Shalom Zaglembie. House of assembly on fire

Shalom Zaglembie. House of assembly on fire

We invite you to read the first text by Michał Nowakowski in the “Shalom Zaglembie. In the footsteps of Jews from Zagłębie Dąbrowskie” series. The article is devoted to the burning of the Będzin synagogue in the night of 8 and 9 September 1939, and its author is our correspondent from Będzin, volunteer of the Warsaw Ghetto Museum and translator, enthusiast of Jewish history and culture.

9 September, 2019

The history of the Będzin synagogue started in 1856 when a wooden temple was built. Due to its very bad state, a magnificent synagogue with a two-tower façade was built in its place in 1881. Located near the Czarna Przemsza River, at the foothill of Góra Zamkowa (Castle Hill), it impressed with its size, subtle architectural details, an admirable bema, and an impressive forged door. When you look at old photographs you get the impression that the synagogue was in no way inferior to the medieval castle towering over the city and the centuries-old Church of the Holy Trinity located a little further behind. In order to restore the synagogue’s splendour, renovation works were carried out in 1921, while the interior polychromes were renewed between 1925 and 1926.

For decades, the synagogue in Będzin served the local Jewish population, which in this city of the Zagłębie region was very large and numbered as much as 80 percent in 1900 and still an impressive 60 percent in 1939, just before the outbreak of World War II, which was to bring the Jews of Będzin and Poland the terrible Holocaust.

The most tragic episode in the history of Będzin’s Jews took place with the aggression of Nazi Germany on Poland in September 1939. The German blitzkrieg caused the falling of Zagłębie Dąbrowskie into the hands of the Third Reich already in the first days of the war. Only a few days after the Germans took over Będzin there were murders committed on the local Jews. The apogee of those days was the burning of the synagogue on the night of 8 and 9 September. During that time there were around one hundred Jews praying inside the temple. The Germans surrounded the building and would not let out from the interior the people who had been praying, killing instantly anyone that made their way out. Only thanks to the help given to a group of a dozen or so Jews by priest Mieczysław Zawadzki (1894-1975), who opened the gate of the Holy Trinity Church and led them to Castle Hill, anyone managed to get out of the hell prepared for the Jews by the Nazis. For his brave act he was awarded post mortem with the medal of the Righteous Among the Nations. The operation against Będzin’s Jewish population was commanded by Udo Gustav Wilhelm Egon von Woyrsch – a German general, Commander of the SS and the Police in Upper Silesia who had previously “become famous” in Germany for his participation in the Night of the Long Knives. He was the commander of the Einsatzgruppe zur besonderen Verwendung (Eng. Special Purpose Operational Group). It was this group that was responsible for the pacification of the Polish part of Upper Silesia and pogroms of the Jews.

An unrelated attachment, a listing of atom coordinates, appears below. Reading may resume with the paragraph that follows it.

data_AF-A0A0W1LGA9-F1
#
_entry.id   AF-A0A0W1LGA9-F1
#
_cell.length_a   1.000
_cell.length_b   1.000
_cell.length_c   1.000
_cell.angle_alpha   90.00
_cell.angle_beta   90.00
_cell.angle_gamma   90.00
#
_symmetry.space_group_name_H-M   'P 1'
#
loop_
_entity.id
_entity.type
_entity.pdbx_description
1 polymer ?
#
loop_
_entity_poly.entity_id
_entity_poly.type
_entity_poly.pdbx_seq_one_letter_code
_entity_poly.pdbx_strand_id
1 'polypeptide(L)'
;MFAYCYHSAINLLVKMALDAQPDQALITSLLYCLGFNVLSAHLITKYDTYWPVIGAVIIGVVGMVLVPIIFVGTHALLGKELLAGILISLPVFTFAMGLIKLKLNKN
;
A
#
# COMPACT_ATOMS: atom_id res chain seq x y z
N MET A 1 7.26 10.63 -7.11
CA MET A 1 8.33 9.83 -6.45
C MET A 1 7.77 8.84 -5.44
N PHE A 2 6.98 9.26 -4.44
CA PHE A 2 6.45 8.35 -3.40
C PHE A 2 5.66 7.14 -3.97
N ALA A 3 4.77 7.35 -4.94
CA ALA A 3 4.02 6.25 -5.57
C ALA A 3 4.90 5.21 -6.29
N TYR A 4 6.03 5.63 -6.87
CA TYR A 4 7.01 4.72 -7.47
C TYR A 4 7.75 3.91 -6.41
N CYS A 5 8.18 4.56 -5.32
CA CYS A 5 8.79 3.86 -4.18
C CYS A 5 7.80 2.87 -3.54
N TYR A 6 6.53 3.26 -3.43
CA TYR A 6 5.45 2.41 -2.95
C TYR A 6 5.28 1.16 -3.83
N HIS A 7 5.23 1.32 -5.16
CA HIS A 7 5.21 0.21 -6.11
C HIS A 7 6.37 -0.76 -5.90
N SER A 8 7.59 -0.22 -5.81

The Jewish quarter located at the foothill of Castle Hill burnt along with the synagogue. Jews escaping from the raging fire from their homes in Plebańska Kościelna, and Kołłątaja streets were murdered by the Nazis. From this area, only the mikvah, located on the banks of the Czarna Przemsza River, managed to survive, however it was regrettably demolished shortly after the war. However, from the synagogue itself, a nineteen century Torah scroll has been preserved, probably taken out of the burning temple, and then hidden in one of the tenement houses. Currently, the scroll is located in the Mizrachi synagogue in Będzin.

The Jews who had perished as a result of the burning of the Będzin synagogue were buried in the cemetery in Czeladź at Będzińska Street.

Today, near the place where the magnificent synagogue once stood, there is a granite obelisk in the shape of the phylacteries – boxes with Torah paragraphs tied by Jews to the forehead and shoulder during prayer. There are inscriptions on the monument in Hebrew and Polish: „In memory of Jews – citizens of the city of Będzin and the surrounding region murdered by the Nazis during World War II. The Society of Friends of Będzin founded this monument on the site of the synagogue burned by the occupants on the night of 8-9 September, 1939. Let it be a symbol of remembrance of these tragic years of lawlessness, cruelty, and violence. May it also become a symbol of the rebirth and reconciliation of free nations living in peace and brotherhood.”

Michał Nowakowski
Sources: Wirtualny Sztetl, Dziennik Zachodni, Będzin-Nasze, Wikipedia.
Translated by LIDEX (Michał Nowakowski).
Photo: Wikipedia, Michał Nowakowski
Prepared by: Anna Kilian

Michał Nowakowski – MA in English Studies, graduate of the University of Silesia in Sosnowiec, since 1997 sworn translator of English. Enthusiast of ancient and modern history, especially the history of Poland, history of Jews in Poland, World War II, history of the USA, in particular Native American culture and Indian wars, linguistics, and genealogy. Author of a book issued in 2016 entitled „Oczy kuguara i inne opowiadania z krainy Indian”.